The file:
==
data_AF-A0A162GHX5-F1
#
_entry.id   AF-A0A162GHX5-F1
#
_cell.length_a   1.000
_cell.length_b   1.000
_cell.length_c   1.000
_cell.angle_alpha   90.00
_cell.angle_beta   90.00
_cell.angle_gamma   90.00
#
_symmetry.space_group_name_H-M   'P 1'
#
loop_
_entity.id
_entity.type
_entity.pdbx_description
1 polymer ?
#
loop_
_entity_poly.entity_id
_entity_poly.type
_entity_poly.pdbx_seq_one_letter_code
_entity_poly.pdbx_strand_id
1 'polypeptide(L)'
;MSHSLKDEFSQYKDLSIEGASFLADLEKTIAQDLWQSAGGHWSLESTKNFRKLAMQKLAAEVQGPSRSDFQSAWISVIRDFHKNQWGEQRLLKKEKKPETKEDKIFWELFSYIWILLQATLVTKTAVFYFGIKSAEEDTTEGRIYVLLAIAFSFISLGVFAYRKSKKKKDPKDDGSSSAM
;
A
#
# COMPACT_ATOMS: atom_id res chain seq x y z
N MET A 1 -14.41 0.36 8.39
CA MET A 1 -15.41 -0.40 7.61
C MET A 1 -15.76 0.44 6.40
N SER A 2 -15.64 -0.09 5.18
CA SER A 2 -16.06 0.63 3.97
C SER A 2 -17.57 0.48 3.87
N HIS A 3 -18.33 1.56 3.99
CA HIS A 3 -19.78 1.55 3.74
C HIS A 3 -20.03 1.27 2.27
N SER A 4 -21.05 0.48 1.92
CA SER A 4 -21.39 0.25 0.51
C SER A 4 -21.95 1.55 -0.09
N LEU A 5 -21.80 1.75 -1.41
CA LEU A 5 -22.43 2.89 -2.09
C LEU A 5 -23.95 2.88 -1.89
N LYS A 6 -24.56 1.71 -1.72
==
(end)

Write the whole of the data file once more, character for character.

data_AF-A0A162GHX5-F1
#
_entry.id   AF-A0A162GHX5-F1
#
_cell.length_a   1.000
_cell.length_b   1.000
_cell.length_c   1.000
_cell.angle_alpha   90.00
_cell.angle_beta   90.00
_cell.angle_gamma   90.00
#
_symmetry.space_group_name_H-M   'P 1'
#
loop_
_entity.id
_entity.type
_entity.pdbx_description
1 polymer ?
#
loop_
_entity_poly.entity_id
_entity_poly.type
_entity_poly.pdbx_seq_one_letter_code
_entity_poly.pdbx_strand_id
1 'polypeptide(L)'
;MSHSLKDEFSQYKDLSIEGASFLADLEKTIAQDLWQSAGGHWSLESTKNFRKLAMQKLAAEVQGPSRSDFQSAWISVIRDFHKNQWGEQRLLKKEKKPETKEDKIFWELFSYIWILLQATLVTKTAVFYFGIKSAEEDTTEGRIYVLLAIAFSFISLGVFAYRKSKKKKDPKDDGSSSAM
;
A
#
# COMPACT_ATOMS: atom_id res chain seq x y z
N MET A 1 -14.41 0.36 8.39
CA MET A 1 -15.41 -0.40 7.61
C MET A 1 -15.76 0.44 6.40
N SER A 2 -15.64 -0.09 5.18
CA SER A 2 -16.06 0.63 3.97
C SER A 2 -17.57 0.48 3.87
N HIS A 3 -18.33 1.56 3.99
CA HIS A 3 -19.78 1.55 3.74
C HIS A 3 -20.03 1.27 2.27
N SER A 4 -21.05 0.48 1.92
CA SER A 4 -21.39 0.25 0.51
C SER A 4 -21.95 1.55 -0.09
N LEU A 5 -21.80 1.75 -1.41
CA LEU A 5 -22.43 2.89 -2.09
C LEU A 5 -23.95 2.88 -1.89
N LYS A 6 -24.56 1.71 -1.72